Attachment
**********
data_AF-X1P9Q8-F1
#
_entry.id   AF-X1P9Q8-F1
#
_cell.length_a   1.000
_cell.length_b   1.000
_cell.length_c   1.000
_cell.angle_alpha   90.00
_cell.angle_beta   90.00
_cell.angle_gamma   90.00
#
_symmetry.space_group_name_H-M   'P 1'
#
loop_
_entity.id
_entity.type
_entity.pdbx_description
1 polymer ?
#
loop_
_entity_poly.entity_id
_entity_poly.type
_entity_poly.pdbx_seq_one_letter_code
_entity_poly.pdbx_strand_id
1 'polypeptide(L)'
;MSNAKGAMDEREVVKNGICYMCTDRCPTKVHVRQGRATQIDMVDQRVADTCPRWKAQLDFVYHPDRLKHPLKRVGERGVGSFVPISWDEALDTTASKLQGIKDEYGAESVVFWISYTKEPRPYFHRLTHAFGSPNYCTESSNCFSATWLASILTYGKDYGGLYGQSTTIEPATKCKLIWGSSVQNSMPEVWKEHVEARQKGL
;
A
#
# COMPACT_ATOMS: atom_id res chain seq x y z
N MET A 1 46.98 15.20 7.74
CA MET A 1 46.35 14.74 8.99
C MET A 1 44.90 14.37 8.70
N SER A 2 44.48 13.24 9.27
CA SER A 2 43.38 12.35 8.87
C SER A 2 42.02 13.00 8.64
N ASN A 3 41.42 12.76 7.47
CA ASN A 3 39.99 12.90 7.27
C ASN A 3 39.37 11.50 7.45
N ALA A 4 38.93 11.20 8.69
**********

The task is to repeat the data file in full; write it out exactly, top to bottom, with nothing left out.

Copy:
data_AF-X1P9Q8-F1
#
_entry.id   AF-X1P9Q8-F1
#
_cell.length_a   1.000
_cell.length_b   1.000
_cell.length_c   1.000
_cell.angle_alpha   90.00
_cell.angle_beta   90.00
_cell.angle_gamma   90.00
#
_symmetry.space_group_name_H-M   'P 1'
#
loop_
_entity.id
_entity.type
_entity.pdbx_description
1 polymer ?
#
loop_
_entity_poly.entity_id
_entity_poly.type
_entity_poly.pdbx_seq_one_letter_code
_entity_poly.pdbx_strand_id
1 'polypeptide(L)'
;MSNAKGAMDEREVVKNGICYMCTDRCPTKVHVRQGRATQIDMVDQRVADTCPRWKAQLDFVYHPDRLKHPLKRVGERGVGSFVPISWDEALDTTASKLQGIKDEYGAESVVFWISYTKEPRPYFHRLTHAFGSPNYCTESSNCFSATWLASILTYGKDYGGLYGQSTTIEPATKCKLIWGSSVQNSMPEVWKEHVEARQKGL
;
A
#
# COMPACT_ATOMS: atom_id res chain seq x y z
N MET A 1 46.98 15.20 7.74
CA MET A 1 46.35 14.74 8.99
C MET A 1 44.90 14.37 8.70
N SER A 2 44.48 13.24 9.27
CA SER A 2 43.38 12.35 8.87
C SER A 2 42.02 13.00 8.64
N ASN A 3 41.42 12.76 7.47
CA ASN A 3 39.99 12.90 7.27
C ASN A 3 39.37 11.50 7.45
N ALA A 4 38.93 11.20 8.69